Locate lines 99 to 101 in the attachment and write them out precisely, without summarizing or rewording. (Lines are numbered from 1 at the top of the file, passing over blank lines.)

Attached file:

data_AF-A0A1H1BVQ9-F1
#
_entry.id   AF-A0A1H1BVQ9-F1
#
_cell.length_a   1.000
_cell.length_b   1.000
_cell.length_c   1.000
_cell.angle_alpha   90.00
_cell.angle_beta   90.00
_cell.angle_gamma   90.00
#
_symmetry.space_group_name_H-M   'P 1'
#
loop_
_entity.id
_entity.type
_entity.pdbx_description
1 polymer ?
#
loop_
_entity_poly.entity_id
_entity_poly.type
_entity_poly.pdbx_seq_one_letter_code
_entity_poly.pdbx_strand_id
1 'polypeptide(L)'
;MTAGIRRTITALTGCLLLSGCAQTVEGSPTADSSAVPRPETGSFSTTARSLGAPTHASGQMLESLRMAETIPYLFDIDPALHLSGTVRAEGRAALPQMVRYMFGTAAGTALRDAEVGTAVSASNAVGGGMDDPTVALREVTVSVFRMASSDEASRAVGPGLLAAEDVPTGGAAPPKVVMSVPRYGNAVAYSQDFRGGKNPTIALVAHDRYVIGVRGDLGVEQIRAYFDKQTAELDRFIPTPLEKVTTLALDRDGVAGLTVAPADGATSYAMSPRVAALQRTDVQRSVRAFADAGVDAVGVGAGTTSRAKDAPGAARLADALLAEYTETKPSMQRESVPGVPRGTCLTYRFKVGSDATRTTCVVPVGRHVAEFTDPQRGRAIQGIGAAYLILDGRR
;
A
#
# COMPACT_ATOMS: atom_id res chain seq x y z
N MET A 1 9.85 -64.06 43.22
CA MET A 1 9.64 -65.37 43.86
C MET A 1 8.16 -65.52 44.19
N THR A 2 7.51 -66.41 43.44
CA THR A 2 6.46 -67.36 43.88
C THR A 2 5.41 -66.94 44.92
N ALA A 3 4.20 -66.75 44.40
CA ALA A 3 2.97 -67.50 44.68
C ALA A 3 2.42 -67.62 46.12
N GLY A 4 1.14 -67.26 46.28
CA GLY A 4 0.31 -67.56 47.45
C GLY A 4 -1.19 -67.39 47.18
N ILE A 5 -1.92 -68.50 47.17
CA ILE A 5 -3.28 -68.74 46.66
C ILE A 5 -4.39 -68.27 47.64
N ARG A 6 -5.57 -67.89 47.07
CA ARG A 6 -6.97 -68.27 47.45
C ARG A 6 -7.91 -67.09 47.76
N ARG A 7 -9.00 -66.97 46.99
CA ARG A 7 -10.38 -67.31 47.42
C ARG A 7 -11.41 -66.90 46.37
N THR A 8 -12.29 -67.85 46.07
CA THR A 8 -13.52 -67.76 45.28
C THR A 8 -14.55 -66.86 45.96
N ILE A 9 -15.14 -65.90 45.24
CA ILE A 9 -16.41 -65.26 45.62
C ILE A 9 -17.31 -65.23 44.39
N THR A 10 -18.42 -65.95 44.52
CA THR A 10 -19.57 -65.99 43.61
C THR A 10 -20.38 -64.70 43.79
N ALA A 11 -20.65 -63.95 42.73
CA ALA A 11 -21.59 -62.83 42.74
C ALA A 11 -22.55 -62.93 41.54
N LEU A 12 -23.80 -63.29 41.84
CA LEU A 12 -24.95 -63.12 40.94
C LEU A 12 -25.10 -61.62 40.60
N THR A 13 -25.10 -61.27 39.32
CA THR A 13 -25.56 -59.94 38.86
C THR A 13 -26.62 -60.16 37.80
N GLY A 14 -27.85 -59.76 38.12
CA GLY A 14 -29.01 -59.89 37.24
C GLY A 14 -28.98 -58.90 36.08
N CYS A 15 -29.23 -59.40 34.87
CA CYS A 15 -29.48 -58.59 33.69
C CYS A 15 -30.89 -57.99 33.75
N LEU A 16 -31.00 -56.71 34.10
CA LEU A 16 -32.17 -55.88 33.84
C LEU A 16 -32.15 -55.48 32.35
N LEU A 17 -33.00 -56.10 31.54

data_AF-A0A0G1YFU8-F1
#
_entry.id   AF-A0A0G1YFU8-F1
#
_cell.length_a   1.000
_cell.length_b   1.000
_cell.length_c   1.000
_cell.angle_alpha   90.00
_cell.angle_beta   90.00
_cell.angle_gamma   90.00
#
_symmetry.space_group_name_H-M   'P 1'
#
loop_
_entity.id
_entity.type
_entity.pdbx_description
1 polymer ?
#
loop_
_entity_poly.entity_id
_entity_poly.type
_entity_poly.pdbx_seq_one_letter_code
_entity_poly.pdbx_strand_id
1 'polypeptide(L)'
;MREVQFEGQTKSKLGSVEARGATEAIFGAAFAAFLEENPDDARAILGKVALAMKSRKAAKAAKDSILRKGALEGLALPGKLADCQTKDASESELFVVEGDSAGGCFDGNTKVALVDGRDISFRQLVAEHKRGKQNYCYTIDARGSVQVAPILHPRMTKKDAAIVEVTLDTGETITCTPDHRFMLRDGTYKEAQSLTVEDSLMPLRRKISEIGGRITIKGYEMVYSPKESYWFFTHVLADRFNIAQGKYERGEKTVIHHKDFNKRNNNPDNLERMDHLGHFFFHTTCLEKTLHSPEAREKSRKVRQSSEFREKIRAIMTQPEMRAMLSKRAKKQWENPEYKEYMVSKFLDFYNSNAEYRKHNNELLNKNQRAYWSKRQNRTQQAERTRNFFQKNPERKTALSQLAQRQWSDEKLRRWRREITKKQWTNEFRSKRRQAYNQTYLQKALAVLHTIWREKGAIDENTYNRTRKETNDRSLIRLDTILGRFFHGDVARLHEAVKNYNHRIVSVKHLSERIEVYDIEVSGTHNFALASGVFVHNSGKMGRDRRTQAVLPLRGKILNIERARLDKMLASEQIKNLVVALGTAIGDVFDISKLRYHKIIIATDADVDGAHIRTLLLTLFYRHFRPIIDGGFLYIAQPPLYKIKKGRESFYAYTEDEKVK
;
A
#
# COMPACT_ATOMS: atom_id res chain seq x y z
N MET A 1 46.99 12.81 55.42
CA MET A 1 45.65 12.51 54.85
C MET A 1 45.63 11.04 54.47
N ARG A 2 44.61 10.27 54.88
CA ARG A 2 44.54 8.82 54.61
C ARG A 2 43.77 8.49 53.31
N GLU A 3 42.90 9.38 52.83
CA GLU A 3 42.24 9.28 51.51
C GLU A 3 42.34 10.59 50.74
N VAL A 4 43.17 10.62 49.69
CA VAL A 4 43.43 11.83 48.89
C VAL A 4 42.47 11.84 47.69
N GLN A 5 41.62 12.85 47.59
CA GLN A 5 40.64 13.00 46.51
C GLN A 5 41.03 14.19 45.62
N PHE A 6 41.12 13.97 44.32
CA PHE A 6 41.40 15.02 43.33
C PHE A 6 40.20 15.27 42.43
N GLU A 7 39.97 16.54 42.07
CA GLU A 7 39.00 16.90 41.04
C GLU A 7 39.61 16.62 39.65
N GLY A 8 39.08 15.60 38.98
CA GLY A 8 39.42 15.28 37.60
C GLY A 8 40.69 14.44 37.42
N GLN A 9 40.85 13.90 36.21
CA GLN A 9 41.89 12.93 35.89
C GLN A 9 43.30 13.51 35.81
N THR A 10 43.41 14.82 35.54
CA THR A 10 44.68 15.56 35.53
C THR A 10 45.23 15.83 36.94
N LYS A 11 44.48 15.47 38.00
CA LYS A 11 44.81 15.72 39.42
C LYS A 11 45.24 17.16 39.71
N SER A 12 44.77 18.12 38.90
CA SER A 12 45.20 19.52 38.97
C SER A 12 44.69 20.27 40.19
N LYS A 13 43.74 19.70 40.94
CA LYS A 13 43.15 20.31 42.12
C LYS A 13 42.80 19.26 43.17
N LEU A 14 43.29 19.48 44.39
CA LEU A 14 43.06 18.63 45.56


loop_
_entity_poly.entity_id
_entity_poly.type